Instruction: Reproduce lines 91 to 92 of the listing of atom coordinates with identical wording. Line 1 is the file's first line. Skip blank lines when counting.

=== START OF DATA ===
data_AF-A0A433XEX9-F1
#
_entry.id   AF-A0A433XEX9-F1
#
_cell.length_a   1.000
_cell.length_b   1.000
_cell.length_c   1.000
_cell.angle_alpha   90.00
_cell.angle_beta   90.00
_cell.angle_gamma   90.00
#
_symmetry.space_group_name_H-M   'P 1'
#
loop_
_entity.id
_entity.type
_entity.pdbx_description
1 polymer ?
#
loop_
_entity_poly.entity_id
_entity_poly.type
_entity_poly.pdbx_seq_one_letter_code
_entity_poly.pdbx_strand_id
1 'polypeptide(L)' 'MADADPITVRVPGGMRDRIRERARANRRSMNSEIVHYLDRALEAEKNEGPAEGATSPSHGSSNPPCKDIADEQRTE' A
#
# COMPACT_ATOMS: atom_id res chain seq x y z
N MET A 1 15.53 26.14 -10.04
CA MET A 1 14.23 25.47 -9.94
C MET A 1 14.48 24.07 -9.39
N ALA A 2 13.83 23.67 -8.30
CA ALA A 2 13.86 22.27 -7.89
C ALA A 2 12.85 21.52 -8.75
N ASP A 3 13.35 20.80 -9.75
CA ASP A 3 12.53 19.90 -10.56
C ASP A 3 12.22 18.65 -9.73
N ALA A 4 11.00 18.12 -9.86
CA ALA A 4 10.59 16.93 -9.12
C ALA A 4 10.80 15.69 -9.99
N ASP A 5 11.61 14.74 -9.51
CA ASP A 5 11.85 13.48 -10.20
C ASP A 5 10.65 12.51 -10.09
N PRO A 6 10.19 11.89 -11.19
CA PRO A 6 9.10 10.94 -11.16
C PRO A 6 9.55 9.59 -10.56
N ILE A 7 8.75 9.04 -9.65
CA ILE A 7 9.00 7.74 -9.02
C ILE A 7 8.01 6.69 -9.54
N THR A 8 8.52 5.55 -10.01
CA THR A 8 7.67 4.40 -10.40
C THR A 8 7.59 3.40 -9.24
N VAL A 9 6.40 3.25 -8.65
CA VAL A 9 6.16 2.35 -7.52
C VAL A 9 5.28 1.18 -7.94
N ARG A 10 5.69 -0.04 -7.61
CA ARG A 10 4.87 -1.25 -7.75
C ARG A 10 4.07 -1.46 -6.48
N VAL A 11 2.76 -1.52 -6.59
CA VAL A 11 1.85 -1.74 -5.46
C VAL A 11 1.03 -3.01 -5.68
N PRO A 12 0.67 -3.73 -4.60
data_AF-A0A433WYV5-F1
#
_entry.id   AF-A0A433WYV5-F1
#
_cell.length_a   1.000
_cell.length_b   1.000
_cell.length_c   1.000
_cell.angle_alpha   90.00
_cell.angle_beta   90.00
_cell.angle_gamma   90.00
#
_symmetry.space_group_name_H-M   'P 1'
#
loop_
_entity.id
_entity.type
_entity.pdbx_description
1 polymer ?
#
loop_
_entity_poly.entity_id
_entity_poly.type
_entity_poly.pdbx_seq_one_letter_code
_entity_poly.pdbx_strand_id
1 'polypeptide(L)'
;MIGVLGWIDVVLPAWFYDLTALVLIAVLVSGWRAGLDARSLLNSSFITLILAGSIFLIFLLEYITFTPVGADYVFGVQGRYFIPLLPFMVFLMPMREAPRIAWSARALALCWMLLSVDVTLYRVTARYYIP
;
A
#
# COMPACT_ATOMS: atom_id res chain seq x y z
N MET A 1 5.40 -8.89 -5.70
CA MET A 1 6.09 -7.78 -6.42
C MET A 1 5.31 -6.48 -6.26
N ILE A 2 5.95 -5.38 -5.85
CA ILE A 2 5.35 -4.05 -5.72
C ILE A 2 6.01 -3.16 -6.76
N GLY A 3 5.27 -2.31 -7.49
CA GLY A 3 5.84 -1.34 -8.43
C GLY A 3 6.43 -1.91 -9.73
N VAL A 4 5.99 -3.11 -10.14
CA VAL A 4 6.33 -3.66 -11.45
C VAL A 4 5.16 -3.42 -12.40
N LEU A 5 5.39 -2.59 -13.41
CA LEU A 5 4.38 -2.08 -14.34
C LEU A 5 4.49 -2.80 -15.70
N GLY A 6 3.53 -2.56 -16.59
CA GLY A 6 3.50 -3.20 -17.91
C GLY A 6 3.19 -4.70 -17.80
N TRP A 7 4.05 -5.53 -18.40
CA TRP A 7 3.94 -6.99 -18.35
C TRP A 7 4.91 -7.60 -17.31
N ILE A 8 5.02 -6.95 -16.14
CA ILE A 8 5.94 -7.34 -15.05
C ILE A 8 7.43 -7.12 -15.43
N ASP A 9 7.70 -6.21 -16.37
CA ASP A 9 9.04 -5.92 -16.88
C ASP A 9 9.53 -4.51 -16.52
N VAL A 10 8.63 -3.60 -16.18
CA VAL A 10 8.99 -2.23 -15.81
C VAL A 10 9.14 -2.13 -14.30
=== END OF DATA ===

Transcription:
# COMPACT_ATOMS: atom_id res chain seq x y z
N MET A 1 5.40 -8.89 -5.70